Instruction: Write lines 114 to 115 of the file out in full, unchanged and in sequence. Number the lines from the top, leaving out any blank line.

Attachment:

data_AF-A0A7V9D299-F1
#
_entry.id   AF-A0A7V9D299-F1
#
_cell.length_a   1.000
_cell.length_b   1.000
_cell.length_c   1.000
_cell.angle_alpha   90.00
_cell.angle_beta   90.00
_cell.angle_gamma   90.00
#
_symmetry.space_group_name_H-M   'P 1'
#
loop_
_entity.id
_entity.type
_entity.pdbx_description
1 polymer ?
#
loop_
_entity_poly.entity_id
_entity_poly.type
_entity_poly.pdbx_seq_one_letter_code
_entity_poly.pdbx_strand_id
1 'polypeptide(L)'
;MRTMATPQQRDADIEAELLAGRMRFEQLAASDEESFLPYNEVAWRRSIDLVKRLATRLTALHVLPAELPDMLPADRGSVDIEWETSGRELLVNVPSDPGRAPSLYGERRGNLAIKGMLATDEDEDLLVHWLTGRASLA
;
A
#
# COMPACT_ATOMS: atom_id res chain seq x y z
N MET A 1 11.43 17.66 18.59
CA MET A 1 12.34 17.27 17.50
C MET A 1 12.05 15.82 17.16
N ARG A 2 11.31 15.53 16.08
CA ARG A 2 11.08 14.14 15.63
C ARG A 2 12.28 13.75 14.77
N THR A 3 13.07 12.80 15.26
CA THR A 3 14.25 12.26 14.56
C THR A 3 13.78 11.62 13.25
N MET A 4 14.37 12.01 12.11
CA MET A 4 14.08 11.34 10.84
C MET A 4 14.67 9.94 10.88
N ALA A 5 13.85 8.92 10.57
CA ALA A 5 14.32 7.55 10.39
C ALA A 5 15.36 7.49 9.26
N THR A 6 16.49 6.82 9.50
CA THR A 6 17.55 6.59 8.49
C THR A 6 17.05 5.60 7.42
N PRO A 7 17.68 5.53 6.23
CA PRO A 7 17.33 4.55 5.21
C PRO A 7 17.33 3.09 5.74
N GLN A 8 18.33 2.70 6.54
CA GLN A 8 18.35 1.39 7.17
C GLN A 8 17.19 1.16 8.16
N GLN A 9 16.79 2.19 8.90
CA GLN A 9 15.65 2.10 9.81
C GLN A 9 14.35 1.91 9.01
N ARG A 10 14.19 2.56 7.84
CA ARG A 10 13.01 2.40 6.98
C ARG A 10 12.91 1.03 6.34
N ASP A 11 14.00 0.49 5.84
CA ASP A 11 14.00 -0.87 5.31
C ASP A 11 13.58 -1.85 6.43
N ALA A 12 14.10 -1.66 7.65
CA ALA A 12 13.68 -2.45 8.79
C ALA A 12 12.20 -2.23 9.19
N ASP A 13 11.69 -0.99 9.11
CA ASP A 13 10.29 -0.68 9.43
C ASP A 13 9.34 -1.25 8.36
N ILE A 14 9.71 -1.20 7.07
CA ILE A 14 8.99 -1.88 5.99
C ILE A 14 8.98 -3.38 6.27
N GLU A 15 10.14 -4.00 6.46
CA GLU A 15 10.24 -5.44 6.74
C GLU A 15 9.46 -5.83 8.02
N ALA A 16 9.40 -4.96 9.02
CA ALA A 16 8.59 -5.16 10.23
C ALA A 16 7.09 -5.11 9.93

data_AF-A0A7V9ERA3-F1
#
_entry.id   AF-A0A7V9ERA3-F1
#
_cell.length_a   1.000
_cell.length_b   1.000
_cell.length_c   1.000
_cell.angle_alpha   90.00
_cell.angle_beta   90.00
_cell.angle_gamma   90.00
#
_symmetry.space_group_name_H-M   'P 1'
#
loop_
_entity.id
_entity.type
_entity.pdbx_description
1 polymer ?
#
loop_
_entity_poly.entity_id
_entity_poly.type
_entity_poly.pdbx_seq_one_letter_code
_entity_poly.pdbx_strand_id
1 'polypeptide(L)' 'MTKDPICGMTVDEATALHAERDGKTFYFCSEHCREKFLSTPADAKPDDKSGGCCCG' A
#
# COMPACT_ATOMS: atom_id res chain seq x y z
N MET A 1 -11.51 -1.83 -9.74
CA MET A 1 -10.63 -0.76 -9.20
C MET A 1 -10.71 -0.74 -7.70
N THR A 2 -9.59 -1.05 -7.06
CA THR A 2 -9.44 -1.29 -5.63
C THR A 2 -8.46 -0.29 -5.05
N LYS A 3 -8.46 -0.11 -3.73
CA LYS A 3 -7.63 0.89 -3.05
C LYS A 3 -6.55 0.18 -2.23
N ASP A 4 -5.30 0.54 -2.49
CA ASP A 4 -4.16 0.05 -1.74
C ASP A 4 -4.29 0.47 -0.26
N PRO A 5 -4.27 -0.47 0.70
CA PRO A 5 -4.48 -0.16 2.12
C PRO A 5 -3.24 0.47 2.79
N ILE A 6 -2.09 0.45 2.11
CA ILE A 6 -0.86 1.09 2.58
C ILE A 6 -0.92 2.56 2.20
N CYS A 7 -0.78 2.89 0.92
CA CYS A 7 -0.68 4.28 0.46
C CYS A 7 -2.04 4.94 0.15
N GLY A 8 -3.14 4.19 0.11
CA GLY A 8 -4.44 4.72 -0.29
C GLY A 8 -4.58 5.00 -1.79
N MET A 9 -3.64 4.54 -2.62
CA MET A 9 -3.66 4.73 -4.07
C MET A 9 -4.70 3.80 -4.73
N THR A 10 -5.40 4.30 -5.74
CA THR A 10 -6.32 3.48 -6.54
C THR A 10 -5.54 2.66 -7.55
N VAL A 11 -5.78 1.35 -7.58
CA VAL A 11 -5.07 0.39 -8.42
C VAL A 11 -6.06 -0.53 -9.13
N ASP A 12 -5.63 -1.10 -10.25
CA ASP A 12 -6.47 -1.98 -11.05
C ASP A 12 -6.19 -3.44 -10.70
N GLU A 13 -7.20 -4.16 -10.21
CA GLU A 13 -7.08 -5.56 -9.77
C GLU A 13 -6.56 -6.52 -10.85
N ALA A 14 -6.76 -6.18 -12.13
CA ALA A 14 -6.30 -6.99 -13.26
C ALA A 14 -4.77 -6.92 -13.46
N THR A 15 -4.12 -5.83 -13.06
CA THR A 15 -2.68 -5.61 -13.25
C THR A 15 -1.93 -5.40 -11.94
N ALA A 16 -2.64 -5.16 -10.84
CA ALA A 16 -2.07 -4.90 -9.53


C LYS A 3 -6.55 0.18 -2.23
N ASP A 4 -5.30 0.54 -2.49